|RE: Bill of Rights/Social Codes||<– Date –> <– Thread –>|
|From: Rob Sandelin (Floriferousmsn.com)|
|Date: Fri, 3 Jan 1997 10:13:33 -0600|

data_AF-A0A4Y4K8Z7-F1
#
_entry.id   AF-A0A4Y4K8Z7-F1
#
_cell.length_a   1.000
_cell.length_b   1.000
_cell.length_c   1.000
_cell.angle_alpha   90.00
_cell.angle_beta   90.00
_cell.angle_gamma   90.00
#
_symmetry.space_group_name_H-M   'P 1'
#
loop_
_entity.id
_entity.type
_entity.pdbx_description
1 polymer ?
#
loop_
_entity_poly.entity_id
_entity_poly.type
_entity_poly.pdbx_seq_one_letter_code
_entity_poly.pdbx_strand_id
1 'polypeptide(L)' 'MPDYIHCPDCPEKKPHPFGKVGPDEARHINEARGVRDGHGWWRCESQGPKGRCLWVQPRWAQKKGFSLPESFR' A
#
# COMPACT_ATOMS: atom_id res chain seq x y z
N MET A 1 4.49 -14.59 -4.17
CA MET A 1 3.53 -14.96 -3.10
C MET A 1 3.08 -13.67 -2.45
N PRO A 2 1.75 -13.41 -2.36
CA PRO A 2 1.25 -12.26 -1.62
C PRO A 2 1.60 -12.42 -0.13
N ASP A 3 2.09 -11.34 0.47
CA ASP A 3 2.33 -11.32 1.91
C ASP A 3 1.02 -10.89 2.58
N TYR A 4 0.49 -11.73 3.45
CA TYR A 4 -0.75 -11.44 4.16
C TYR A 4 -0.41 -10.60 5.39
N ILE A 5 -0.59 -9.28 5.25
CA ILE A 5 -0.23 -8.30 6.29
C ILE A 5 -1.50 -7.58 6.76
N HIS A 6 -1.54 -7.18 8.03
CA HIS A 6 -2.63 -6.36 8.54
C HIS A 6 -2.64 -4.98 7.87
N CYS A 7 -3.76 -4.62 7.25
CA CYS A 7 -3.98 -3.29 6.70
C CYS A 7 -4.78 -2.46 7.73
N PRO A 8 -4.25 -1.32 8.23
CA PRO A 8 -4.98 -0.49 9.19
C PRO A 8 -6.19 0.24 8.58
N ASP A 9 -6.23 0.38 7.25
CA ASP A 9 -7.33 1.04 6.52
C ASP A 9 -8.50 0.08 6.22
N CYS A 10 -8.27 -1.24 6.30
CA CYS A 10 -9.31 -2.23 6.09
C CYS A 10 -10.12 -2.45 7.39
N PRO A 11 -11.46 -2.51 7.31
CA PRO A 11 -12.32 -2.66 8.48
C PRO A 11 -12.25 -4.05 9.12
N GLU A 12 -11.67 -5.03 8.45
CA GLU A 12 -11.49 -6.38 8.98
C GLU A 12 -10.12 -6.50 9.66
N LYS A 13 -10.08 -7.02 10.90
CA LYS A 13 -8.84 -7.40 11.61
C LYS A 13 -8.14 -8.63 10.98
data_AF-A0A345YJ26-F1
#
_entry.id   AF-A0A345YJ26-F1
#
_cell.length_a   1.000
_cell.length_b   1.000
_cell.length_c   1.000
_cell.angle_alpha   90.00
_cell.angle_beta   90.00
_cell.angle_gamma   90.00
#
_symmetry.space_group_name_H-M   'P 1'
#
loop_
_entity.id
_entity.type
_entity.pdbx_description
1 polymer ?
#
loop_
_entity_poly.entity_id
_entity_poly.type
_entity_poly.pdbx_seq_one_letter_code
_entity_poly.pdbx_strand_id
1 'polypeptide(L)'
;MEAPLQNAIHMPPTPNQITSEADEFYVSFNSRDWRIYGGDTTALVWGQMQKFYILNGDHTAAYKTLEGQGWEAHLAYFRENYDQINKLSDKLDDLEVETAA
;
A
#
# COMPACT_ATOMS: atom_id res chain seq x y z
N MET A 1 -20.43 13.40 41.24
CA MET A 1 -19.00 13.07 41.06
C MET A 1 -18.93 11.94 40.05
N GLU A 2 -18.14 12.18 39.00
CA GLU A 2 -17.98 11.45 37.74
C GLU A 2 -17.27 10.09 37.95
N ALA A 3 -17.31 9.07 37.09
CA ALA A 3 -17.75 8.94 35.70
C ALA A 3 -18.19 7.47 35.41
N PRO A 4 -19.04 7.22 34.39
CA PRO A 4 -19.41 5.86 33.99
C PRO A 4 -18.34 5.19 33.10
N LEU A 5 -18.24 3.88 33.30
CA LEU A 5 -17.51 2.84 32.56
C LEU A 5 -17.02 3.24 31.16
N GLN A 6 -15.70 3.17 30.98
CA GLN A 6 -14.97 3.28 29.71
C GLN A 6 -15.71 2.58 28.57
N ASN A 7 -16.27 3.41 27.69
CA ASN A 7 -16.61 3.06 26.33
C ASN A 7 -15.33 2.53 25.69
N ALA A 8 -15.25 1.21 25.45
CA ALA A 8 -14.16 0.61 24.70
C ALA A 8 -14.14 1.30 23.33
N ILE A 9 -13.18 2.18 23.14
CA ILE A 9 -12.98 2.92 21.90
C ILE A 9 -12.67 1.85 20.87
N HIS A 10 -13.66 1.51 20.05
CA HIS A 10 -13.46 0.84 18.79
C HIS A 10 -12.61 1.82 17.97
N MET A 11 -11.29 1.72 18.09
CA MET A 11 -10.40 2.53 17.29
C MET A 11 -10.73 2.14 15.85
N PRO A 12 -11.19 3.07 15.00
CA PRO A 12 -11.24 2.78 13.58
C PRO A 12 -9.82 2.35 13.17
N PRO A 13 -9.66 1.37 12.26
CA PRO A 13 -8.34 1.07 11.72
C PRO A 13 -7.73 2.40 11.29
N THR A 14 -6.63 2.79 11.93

There is much work to be done to understand this adventure you are embarking on: The adventure of community. It does not come quickly, nor cheaply, nor, as Mardi so aptly said, from your architectural design. In my travels around the communities circuit I have come to notice that cohousers put less emphasis on community building than other forms of intentional community do. The social events, especially during development stage, are seldom, and often geared toward marketing and recruiting. I did a workshop for a group where they several new members were on the fence, mostly because they had never had an opportunity to hear what the other members felt and hoped for the project. I helped them do a sharing circle with the focus: I want my community to be a place where..... and from that sharing 3 members on the fence committed, because they finally heard what they wanted to hear about why the others were in the project. It cemented the notion of community for them, and built key understandings of each other. If you are a forming group, ask yourself how much you know about the people around you. Not just their meeting style, but where they grew up, important events in their lives, why they are interested in cohousing, what they do for fun, and money, etc. These are the sharings that will bring you a great deal of understanding which will make your decision making easier. For example, one of my neighbors had a strong desire for drive through parking, where you don't back up. Her insistance on it was kind of out of sync. It turned out, when she was a kid, her best friend, the boy next door, was run over and killed by a car backing up. This experience, which was fairly deeply buried, effected her decision process and once we touched that and understood, we had what we needed to work though it. Oh god, does this sound like massive group counselling? Guess what? All the shadows of past history effect an individuals point of view and when things get out of sync, this stuff comes up. If you ignore it, you are neglecting one of the most important aspects of group dynamics. I encourage you to create sharing forums where you can talk about your feelings, your histories, your fears and hopes, on a regular basis. You will be much more functional as a group if you do. Rob Sandelin Sharingwood Northwest Intentional Communities Association
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